Cameras, some thoughts..

I recently had a chance to use my wife’s new Nokia 822 and the camera on that mobile phone really took me by surprise with its image quality and lowlight performance. It also got me to think about why I carry around a large DSLR with me for photography and a bit about the often misconstrued statement that “the best camera in the world is the one in your hand”. This post is some of my thoughts on the subject matter.

Statue of Liberty from my Kodak ZD710.

First of all the above mentioned quote in my humble opinion is about opportunity and not a statement on technical abilities of any instrument. Photography is a creative art where timing plays a critical role, as Einstein once called photographers are light monkeys and the light we chase after only lasts for a brief time on any given day and if you are a photo journalist you opportunity lasts even less. So timing plays an important role and utilizing the time you have with whatever camera or lens in your procession is very important, this doesn’t mean that not to strive for better equipment but don’t wait for them to start taking pictures.

Boston South-end Sunset from my Kodak ZD710.

first love..

My days with film were few to create any significant impression here and I really started taking photography only after I was in USA and had a chance to get a Kodak ZD710. It was a 10X super zoom point and shoot (P&S) which I loved because it only cost me $120 and it had manual controls. Under great conditions it produced amazing results but as soon as you pushed past the camera’s comfort zone it struggled to create decent quality images and needed a lot of post production which was a drag considering that it had no RAW ouput. Shooting at night was a big challenge too as its iso performance was horrible but I still took some great pictures with it. As soon as I was able to afford a better camera I bought my first DSLR which was brand new D5000 the biggest reasons for the change were a larger sensor, RAW output and the optical viewfinder. Let me just take some time and explain why these are important, first of all the larger image sensor, sensors in a P&S is about the size of your fingernail and the sensor on a DSLR (APS-C) about 6 times larger which gives them much better dynamic range and low light performance (indoor low light pictures eg. During a birthday party won’t be orange in color). Another indispensable feature if you take photography even a little bit seriously is the optical viewfinder as opposed to an electronic viewfinder (evf) or the back screen of the camera.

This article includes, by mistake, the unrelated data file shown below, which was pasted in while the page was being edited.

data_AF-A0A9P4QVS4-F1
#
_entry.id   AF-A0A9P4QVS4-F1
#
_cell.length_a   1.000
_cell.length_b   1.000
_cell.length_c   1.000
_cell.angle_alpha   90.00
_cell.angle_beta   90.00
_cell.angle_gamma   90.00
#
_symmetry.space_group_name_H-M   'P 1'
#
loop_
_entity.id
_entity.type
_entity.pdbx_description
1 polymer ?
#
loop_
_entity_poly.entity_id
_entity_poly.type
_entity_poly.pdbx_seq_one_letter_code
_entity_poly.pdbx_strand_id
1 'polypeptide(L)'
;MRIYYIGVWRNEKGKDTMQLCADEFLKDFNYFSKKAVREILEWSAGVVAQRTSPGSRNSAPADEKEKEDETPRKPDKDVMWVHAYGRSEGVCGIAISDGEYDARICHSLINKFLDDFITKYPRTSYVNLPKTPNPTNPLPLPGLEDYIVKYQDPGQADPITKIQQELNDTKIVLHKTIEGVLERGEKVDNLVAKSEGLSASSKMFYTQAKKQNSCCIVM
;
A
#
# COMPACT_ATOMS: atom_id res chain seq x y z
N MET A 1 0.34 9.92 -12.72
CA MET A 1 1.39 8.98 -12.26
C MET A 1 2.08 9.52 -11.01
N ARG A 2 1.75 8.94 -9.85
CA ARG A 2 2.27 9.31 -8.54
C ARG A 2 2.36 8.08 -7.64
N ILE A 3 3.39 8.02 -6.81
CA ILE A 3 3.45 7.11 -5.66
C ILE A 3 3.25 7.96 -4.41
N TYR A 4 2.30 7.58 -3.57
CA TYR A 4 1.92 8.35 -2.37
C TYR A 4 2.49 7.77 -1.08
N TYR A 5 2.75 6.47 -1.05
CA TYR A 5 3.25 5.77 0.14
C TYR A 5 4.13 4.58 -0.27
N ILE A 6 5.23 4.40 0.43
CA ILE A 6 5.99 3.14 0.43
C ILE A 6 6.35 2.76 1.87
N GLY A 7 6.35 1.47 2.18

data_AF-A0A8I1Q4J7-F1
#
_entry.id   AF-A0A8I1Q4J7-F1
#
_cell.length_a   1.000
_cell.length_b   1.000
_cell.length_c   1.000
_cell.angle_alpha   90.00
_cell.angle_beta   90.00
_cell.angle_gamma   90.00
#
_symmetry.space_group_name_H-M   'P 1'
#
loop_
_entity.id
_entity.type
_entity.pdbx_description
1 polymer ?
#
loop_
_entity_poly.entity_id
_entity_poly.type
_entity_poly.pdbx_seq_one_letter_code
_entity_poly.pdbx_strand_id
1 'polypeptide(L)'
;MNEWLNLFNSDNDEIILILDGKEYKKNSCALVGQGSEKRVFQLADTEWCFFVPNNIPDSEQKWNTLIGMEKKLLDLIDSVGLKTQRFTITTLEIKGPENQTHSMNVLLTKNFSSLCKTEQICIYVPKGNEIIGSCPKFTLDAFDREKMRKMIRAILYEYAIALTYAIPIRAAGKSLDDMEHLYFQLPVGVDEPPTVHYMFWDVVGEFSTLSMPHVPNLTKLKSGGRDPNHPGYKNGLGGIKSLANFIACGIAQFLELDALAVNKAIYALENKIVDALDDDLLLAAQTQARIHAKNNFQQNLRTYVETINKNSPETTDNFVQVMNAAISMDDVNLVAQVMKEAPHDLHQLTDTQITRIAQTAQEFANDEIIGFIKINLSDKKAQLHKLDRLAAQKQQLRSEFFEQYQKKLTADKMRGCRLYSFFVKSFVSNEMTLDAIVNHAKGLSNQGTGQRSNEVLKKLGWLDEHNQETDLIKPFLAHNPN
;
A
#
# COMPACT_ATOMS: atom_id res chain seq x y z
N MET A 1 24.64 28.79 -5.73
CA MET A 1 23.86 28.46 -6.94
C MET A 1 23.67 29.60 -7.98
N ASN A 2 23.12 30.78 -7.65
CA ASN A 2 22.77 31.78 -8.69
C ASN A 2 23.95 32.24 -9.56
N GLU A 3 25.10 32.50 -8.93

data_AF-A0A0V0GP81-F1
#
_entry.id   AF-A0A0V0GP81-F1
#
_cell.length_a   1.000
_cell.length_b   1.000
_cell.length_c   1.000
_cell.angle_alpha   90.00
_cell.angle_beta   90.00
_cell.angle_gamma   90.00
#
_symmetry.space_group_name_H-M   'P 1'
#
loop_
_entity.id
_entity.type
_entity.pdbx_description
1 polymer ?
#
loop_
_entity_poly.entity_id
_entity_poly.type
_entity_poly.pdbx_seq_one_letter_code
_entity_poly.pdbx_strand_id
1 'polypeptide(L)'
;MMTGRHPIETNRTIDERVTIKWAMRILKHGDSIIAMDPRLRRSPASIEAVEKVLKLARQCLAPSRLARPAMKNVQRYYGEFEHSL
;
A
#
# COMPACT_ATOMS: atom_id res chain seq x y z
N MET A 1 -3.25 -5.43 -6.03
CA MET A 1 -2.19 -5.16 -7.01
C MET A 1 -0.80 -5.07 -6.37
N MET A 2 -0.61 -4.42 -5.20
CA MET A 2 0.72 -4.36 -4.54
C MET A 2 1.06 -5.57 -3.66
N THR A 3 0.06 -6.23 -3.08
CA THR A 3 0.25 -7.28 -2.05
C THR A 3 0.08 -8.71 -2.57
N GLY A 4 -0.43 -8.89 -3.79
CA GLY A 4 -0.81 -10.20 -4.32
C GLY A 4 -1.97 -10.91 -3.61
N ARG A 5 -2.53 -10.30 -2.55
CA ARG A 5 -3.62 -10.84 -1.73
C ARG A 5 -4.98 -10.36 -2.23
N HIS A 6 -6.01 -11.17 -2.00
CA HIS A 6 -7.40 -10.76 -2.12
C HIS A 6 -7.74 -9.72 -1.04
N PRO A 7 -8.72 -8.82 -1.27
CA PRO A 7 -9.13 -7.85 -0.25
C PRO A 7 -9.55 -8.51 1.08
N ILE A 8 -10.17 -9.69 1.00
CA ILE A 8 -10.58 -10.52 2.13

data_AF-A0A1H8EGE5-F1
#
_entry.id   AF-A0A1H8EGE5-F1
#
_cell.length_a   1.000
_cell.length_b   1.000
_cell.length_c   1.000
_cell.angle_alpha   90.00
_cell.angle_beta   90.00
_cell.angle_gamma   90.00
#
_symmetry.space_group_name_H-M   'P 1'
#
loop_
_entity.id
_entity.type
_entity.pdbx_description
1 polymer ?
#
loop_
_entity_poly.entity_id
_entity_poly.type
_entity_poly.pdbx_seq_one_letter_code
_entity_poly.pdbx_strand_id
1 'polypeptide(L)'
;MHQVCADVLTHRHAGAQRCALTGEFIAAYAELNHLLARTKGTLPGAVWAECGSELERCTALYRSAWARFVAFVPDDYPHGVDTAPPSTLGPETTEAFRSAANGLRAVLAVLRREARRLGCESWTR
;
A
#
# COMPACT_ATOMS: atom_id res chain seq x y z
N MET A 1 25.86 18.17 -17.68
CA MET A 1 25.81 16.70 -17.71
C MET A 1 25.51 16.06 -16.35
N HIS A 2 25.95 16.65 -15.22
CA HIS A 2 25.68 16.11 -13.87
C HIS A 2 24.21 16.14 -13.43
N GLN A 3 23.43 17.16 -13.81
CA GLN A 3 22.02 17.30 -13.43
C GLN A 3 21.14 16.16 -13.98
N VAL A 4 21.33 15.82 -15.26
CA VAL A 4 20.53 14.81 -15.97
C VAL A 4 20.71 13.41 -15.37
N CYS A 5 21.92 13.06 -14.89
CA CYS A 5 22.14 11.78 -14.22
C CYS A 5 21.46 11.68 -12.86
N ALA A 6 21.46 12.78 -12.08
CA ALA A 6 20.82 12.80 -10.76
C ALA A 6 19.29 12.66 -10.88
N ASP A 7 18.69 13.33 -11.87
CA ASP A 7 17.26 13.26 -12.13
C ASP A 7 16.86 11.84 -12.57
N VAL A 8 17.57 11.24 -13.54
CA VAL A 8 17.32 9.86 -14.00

Luray Caverns, VA using a D5000 & kit lens. I could probably reproduce this shot on the kodak but definitely not with this much detail and clarity.

There were some unintended advantages too like the focusing system, a much better metering system, ability to use filters and stunning ISO performances. As an entry level DSLR in the Nikon range the 3D Color Matrix Metering II with Scene Recognition System and 3D Tracking Multi-CAM 1000 autofocus sensor module with 11 AF points are just basic but they are miles ahead of my old PoS Kodak. ISO performance from the 12 MP Nikon sensors were nothing short of legendary by that time and the ability to use filters truly helped me in capturing landscape shot the way I had always imagined. Cokin’s P system of filters with their horrible colorcast and all still provided me with the ability to shoot nature like I have never been able to before.

flume gorge, NH. One of my best work, taken with D5000 & kit lens. I had a hard time using the tripod because the walkway was so narrow so had to pretty much use it as a monopod.

I will follow up this with another post regarding my shift to a Nikon D7000 and my reasons for the upgrade..